## Wednesday, March 27, 2013

### The Magic of Gyroscopes

"Somebody for the love of god explain to me how that works, how the fuck does that happen?"
- Bill Burr

Sure!  I heard Bill bring this up on the Joe Rogan podcast, and since my intended next post is becoming more long winded than I hoped, I thought this would make for a nice subject.

Let's start with Newton's first law: objects in motion tend to stay in motion, and objects at rest tend to stay at rest, unless acted upon by some outside force (force is an important word here).  This concept is at the core of inertia, the resistance an object has to change in it's behavior.  There is a basic kind of inertia in reference to motion, with mass being the basic measure of an object's resistance.  But there is also a rotational inertia, based on both the mass and the shape of the object, along with defining exactly which axis you are rotating the object around.

Once you start an object a'spinning, the combination of the angular speed and the rotational inertia defines the angular momentum.  In the case of a wheel-shaped object spinning as the one in the video, this momentum can be imagined as an arrow pointing out from the axle (I know it's odd to imagine that the angular momentum is directed perpendicular to the actual rotation, but just trust me that it works out mathematically).
 L is the angular momentum.  Torque (T) is the applied force. (wiki)
So now we've got that arrow sticking out the side.  Imagine two more arrows: one pointing upward, which is the force of the rope holding the wheel up.  The other is downward, due to gravity pulling it downward (and it is in fact a torque, as 'falling' would cause the object to rotate around the point where the rope holds it up).

By Newton's law, we know that this angular momentum, pointing outward, will resist any disturbances in it's speed or direction.  And thus, so long as it is spinning fast enough (increasing the value of L), the wheel resists being pulled downward by gravity - indeed, tries to resist tilt of any kind.  That outward arrow remains as constant as possible.  This is exactly why it's easier to maintain balance on a bike when you're moving faster - below a certain speed, the angular momentum is overwhelmed by the forces of gravity.  Likewise, a top, or that wheel above, as they slowed, would begin to fall as their resistance to a downward pull weakens.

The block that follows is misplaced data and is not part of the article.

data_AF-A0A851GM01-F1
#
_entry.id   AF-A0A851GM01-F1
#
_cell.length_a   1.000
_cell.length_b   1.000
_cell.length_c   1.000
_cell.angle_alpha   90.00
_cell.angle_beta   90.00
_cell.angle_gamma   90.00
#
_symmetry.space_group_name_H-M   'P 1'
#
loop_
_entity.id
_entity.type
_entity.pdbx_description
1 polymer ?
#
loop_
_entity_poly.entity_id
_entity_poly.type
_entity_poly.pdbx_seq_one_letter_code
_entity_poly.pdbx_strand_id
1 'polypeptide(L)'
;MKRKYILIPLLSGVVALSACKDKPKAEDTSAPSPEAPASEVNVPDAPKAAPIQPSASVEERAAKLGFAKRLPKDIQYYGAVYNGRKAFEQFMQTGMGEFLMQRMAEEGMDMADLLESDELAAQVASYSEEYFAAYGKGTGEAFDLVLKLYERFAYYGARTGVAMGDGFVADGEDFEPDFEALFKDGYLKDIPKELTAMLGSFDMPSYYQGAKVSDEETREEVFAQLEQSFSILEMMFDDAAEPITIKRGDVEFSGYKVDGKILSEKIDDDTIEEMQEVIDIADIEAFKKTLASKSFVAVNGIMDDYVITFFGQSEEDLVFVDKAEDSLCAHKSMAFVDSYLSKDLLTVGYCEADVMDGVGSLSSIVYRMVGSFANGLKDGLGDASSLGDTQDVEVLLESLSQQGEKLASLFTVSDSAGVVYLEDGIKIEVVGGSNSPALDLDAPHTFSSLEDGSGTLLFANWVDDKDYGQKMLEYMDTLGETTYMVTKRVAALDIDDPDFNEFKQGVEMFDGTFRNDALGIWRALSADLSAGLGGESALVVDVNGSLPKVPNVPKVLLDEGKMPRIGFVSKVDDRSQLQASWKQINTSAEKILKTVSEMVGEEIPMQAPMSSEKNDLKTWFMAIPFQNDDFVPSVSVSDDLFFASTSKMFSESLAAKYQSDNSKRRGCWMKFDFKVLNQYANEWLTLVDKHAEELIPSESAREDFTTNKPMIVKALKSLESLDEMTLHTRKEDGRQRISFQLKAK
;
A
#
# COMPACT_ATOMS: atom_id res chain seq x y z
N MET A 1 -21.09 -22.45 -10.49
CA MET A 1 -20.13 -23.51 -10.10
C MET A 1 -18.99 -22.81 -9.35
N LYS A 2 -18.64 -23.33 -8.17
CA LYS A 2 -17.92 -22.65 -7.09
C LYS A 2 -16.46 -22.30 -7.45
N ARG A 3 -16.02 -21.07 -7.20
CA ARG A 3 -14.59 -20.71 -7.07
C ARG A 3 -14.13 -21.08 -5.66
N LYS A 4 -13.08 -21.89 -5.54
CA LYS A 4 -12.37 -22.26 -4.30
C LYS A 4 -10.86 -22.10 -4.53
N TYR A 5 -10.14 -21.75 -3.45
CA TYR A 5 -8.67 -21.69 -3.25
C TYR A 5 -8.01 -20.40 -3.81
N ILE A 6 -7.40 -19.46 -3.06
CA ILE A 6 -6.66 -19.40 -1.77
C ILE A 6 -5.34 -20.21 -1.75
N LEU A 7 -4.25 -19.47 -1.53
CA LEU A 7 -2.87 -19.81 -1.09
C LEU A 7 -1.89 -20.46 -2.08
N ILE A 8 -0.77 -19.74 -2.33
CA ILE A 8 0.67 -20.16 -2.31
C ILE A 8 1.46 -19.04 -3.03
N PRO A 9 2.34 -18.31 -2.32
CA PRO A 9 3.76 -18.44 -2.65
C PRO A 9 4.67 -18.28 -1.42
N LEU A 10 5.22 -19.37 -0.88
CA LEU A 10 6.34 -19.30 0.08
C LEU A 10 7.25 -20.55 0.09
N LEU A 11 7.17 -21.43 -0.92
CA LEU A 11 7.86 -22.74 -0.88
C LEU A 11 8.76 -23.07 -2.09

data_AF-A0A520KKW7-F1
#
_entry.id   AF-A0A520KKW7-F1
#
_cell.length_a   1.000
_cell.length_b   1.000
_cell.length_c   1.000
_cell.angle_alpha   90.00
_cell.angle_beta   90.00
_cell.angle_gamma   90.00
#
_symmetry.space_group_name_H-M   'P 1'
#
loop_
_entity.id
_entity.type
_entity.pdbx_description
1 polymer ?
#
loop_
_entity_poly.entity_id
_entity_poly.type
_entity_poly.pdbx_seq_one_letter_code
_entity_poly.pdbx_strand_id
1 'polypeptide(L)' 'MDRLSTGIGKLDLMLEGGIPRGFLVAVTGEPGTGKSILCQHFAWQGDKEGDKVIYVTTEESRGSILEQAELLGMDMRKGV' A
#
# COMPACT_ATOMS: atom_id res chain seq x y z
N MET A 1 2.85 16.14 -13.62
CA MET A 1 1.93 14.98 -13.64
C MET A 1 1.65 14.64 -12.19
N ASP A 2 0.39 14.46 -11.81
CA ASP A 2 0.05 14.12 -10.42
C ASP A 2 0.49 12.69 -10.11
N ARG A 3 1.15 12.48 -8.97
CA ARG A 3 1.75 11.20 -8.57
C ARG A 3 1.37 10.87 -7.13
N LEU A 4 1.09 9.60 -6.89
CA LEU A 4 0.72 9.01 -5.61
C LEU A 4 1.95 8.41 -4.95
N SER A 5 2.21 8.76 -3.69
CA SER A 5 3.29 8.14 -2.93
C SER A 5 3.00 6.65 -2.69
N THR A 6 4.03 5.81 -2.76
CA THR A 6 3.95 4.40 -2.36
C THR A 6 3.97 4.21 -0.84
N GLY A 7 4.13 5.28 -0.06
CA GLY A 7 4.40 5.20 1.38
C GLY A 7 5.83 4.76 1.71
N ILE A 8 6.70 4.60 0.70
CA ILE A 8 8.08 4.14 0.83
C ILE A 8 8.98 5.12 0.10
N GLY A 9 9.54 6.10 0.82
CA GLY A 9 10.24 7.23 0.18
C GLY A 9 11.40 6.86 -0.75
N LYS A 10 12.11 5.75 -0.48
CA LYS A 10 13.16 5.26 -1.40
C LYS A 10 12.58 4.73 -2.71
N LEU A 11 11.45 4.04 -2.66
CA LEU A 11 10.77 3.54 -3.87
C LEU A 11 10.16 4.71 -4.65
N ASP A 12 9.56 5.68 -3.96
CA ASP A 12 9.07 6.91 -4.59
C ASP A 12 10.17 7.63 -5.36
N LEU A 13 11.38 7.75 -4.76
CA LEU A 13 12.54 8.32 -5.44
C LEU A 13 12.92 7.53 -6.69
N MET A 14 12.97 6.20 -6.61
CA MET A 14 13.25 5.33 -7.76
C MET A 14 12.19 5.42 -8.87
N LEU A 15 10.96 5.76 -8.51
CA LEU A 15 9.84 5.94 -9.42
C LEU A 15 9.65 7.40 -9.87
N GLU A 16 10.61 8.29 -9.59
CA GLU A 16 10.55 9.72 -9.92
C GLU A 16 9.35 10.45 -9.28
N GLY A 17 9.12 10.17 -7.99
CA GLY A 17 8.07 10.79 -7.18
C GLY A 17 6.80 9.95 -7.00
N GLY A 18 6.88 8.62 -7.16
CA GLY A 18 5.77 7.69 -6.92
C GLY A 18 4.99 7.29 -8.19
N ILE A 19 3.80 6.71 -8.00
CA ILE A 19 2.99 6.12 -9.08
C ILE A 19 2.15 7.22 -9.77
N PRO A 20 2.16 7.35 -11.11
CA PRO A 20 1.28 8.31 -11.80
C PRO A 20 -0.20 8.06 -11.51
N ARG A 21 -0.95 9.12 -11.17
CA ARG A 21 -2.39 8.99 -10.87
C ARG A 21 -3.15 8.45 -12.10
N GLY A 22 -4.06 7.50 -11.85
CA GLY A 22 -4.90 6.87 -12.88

You see that r in the above equations? That stands for radius, and a larger radius makes for a larger momentum/torque. And that's why those goofy Victorian bastards thought a giant wheel was a good idea.

As gravity is a force, it is being applied perpetually, pulling and pulling ever downward.  So, if you imagine the upward (rope) arrow staying constant, and the outward arrow of momentum trying to stay constant, the ever-pulling grip of gravity must somehow be answered, which the wheel does by slowly twirling around the rope, in a horizontal redirection of the downward force.

Hope that wasn't too difficult of a read.  To technically understand the rotation of three dimensional bodies is surprisingly unintuitive.

"Science is like, it's incredible, isn't it?"
- Bill

1. That gyro force is tough to wrap your brain around. I read a paper last year that stated the gyro force created by motorycle wheels was over-rated for stability. As a long time biker I immediately recognized it as bad science.

For years I have advised novices to avoid scooters, get a motorcycle, the tires on scooters are too small to provide stability and they will slam down in a heartbeat. More people on scooters get car-slammed than bikers.

I have an old Triumph with a 19" front wheel and it will lean over to 15 degrees without sliding even at lower speeds.

It was very refreshing to hear an actual science guy on JR for a change. I was disappointed that Joe seemed to get lost and characterized some of your explanations as sort of 'eye glazing' He was wrong. You did a great job and it was fascinating, I definitely picked up some new knowledge and you helped fill in some blanks on Quantum Theory for me.

I watched all those old Feynman lectures and have a very tenuous grasp on the subject. I'm a layman and mathematical illiterate but I was able to follow you, you did a great job, bro and also:
REPRESENTIN for Houston!! Loved it.